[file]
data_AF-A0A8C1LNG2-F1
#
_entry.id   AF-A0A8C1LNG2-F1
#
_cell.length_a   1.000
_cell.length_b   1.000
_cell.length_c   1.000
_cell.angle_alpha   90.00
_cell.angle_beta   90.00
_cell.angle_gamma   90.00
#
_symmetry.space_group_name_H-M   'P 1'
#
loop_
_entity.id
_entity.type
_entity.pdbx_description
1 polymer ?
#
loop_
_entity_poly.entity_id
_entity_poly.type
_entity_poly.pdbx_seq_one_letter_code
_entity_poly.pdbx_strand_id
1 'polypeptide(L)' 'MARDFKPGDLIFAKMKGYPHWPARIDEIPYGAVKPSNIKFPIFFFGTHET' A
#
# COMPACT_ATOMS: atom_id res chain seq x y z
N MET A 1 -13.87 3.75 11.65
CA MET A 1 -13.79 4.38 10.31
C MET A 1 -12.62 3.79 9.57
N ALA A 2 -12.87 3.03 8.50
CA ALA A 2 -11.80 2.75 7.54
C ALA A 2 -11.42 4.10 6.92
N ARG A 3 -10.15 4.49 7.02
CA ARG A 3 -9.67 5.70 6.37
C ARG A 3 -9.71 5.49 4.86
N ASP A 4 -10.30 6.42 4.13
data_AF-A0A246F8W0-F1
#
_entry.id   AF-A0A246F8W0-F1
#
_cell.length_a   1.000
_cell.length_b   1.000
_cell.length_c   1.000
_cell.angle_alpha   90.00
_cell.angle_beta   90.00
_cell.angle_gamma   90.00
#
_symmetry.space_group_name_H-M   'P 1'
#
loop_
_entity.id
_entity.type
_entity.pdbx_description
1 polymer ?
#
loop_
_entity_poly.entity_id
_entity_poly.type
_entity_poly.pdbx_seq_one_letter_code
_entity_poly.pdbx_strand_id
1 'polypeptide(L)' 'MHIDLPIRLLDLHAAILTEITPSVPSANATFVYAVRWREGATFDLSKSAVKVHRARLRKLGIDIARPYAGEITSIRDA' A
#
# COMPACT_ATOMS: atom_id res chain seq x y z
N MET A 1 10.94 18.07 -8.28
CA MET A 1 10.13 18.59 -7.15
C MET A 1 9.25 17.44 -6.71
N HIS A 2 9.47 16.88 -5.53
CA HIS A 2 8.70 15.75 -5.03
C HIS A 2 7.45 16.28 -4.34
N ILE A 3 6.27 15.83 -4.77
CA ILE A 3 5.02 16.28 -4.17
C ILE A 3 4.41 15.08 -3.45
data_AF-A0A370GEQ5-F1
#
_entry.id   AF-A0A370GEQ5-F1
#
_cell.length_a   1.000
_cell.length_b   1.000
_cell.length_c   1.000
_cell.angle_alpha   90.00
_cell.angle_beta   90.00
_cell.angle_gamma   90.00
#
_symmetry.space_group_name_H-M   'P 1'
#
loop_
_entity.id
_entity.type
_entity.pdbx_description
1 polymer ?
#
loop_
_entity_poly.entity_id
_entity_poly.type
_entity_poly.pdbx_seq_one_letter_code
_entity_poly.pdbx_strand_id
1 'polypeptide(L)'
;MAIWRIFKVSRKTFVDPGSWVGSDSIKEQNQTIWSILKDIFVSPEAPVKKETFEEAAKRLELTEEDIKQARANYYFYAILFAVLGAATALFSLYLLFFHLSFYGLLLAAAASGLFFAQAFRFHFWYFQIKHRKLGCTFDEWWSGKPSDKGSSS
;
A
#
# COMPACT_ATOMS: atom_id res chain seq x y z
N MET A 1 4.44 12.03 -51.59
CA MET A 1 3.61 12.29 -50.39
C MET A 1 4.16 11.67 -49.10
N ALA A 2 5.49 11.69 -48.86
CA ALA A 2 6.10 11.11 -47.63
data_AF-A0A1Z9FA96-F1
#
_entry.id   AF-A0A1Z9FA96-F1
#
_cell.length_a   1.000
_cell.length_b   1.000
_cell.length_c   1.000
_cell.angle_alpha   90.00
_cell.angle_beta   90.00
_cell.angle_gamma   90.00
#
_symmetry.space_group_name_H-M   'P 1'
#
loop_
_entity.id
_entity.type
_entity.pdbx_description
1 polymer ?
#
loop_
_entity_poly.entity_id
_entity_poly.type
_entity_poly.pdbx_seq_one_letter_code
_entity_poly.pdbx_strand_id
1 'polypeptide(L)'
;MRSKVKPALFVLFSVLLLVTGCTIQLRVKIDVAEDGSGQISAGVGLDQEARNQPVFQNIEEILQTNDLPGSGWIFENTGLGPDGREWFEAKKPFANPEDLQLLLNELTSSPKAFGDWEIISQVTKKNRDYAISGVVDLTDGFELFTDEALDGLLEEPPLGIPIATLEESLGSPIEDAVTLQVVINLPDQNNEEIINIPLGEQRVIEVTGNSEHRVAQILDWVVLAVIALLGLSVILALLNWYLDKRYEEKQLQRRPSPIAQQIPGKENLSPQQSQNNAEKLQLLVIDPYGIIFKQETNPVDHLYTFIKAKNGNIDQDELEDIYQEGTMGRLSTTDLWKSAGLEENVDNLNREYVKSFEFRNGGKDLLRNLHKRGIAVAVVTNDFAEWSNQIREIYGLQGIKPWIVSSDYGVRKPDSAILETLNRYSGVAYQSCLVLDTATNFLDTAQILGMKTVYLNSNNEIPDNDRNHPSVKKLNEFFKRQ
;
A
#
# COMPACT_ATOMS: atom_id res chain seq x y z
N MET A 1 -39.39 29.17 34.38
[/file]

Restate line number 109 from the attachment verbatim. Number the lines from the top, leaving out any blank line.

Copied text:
data_AF-A0A1Z9FA96-F1